You can use this to refer to an impossible pursuit.
This is the use of simple English in conveying your message and it may be your favorite option unless you want to sound clever.
This word is only a correct synonym when you are talking about a person’s efforts toward achieving a goal.
Calling it hopeless means there is no hope for the purpose to be achieved. While the definition of ‘hopeless’ may not explicitly say ‘impossible’, this is what the word means.
When there is no hope for the achievement of a purpose, then every effort made will seem like you are praying for a miracle.
Have you ever heard of this term before? You may not have heard ‘Lost cause’ before but you must have heard the word ‘Cause’ in a similar context before.
When a person says he or she is doing something for a cause, then the efforts are being made for a purpose.
If the efforts or sacrifices of a person are being made for a cause, then the person must clearly see how those efforts will lead to the stated ‘Cause’ or ‘Purpose’.
With this, statement out can probably guess what ‘Lost cause’ means.
When a person is doing something for a lost cause, it means the person’s efforts are towards a purpose that can no longer be achieved.
The sacrifices clearly no longer lead to the achievement of the initially stated purpose, therefore the efforts made are pointless.
This is similar to ‘Lost cause’. When the purpose of the action is lost, it is like losing an excuse.
You can do a lot of seemingly wrong things and get away with them if you can show people how those wrong actions are for the greater good.
However, when it becomes clear that your wrong actions can no longer lead to the achievement of that greater good, they will no longer tolerate your actions toward a lost cause.
‘Wasted efforts’ should be used in the past tense. You should use this when you are referring to efforts or sacrifices that have already been made.
For example, a certain search may feel like looking for a needle in a haystack. You can say that the search was a wasted effort.
While this does not imply that something is impossible, it clearly shows that the goal or purpose was not achieved.
Even if something is very possible to do, if anyone is sure of failure ahead, then he or she would know not to make further attempts.
Once again, the best way to pass your message without having to explain yourself is to use simple English.
That way, you will be automatically understood and you don’t have to explain what you mean by ‘Needle in a haystack’ or ‘APB on Big Bird’.
When you say something is impossible, you may have to say why you think so unless it is very obvious that the pursuit is hopeless.
You will just be reminding your listener that all efforts made toward achieving that goal will be futile.
A futile pursuit
You can consider this a use of different English words in sending the same message.
While this may not be an English phrase that is used every day, there is a 90% chance that your listener will understand this instead of saying ‘Needle in a haystack’
A pursuit refers to the purpose of an action. A pursuit refers to a goal you intend to achieve. A pursuit refers to something you are aiming at and working towards.
A pursuit in its literal meaning refers to a chase after something or someone. A futile pursuit is another way to say something is a wasted effort.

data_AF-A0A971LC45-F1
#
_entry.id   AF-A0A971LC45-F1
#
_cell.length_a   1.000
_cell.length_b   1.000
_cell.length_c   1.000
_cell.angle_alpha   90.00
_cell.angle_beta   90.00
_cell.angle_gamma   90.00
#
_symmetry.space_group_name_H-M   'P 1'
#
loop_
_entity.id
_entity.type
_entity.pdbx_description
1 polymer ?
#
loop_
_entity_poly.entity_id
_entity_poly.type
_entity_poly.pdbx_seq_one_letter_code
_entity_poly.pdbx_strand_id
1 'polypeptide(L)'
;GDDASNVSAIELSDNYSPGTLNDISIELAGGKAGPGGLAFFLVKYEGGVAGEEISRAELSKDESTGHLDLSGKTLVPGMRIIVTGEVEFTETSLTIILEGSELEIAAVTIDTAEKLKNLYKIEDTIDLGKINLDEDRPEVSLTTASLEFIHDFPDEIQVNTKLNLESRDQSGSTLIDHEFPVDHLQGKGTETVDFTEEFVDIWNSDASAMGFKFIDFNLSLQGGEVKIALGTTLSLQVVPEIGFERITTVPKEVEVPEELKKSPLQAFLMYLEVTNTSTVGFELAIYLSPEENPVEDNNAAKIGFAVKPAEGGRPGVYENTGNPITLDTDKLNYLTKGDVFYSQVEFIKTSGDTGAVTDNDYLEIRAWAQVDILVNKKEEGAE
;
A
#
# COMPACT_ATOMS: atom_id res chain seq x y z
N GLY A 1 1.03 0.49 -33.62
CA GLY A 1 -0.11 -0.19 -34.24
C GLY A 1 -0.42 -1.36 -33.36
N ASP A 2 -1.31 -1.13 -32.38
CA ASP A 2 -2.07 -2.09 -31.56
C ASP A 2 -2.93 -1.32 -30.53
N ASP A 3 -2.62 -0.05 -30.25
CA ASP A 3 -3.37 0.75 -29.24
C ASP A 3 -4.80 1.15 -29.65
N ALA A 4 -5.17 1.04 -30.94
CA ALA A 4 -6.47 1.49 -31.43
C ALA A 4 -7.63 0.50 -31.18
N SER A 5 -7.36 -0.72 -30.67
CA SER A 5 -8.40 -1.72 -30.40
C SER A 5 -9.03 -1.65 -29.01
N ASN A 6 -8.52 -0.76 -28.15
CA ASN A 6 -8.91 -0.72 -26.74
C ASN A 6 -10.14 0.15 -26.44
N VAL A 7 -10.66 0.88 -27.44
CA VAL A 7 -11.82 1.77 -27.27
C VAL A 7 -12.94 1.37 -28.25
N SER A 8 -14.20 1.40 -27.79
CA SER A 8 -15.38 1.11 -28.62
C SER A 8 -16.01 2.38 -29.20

When the pursuit is futile, everything a person has done toward achieving the goal will be considered wasted since the goal cannot be achieved.
A bootless errand
When you say an action is bootless, it means the action will yield no profit or outcome.
By comparing an action or a pursuit to a bootless errand, you are saying all efforts put into the pursuit will end up wasted and will yield no profit.
A bootless errand is an aim at a goal that cannot be achieved.
A foolish quest
‘Foolish quest’ is a worthy synonym for ‘Needle in a haystack’ but the two phrases don’t mean the same thing entirely.
When you say something is a foolish quest, you can have several reasons for saying so. If you use this, you may have to still explain that you consider it foolish because it is impossible.
Going after something impossible is definitely a foolish move to make. You may not need to do much explanation, however.
A ‘quest’ is a mission you are hoping to complete. When you say a mission is foolish, it is either impossible to complete or it makes no sense.
Running on a treadmill
This sounds very nice to say and it sends almost the same message as ‘Needle in a haystack’. While this does not refer to something impossible, it refers to wasted efforts.
When you are running on a treadmill, it is impossible to go further. The person will remain in a spot and all efforts made to go ahead will be futile. Looking for a needle in a haystack is definitely a waste of time and effort.
Black cat in a coal cellar
This may be the perfect idiom to replace ‘Needle in a haystack’. It doesn’t refer to something impossible.
Rather, it refers to something that is very hard to achieve. Cats are very stubborn so you can’t simply call a cat out.
Since the color of the cat may match the cellar, you may find it hard to spot the cat by just looking around.
The same applies to looking for a needle in a haystack. If the needle is in the haystack, it is probably not impossible but definitely hard to achieve.
This is another way to say ‘Futile pursuit’ or ‘running on a treadmill’. You can imagine putting an APB on Big Bird and thinking you are one step closer to finding the imaginary character.
Since the pursuit is impossible, every effort made toward achieving the goal will not bring you closer to the impossible.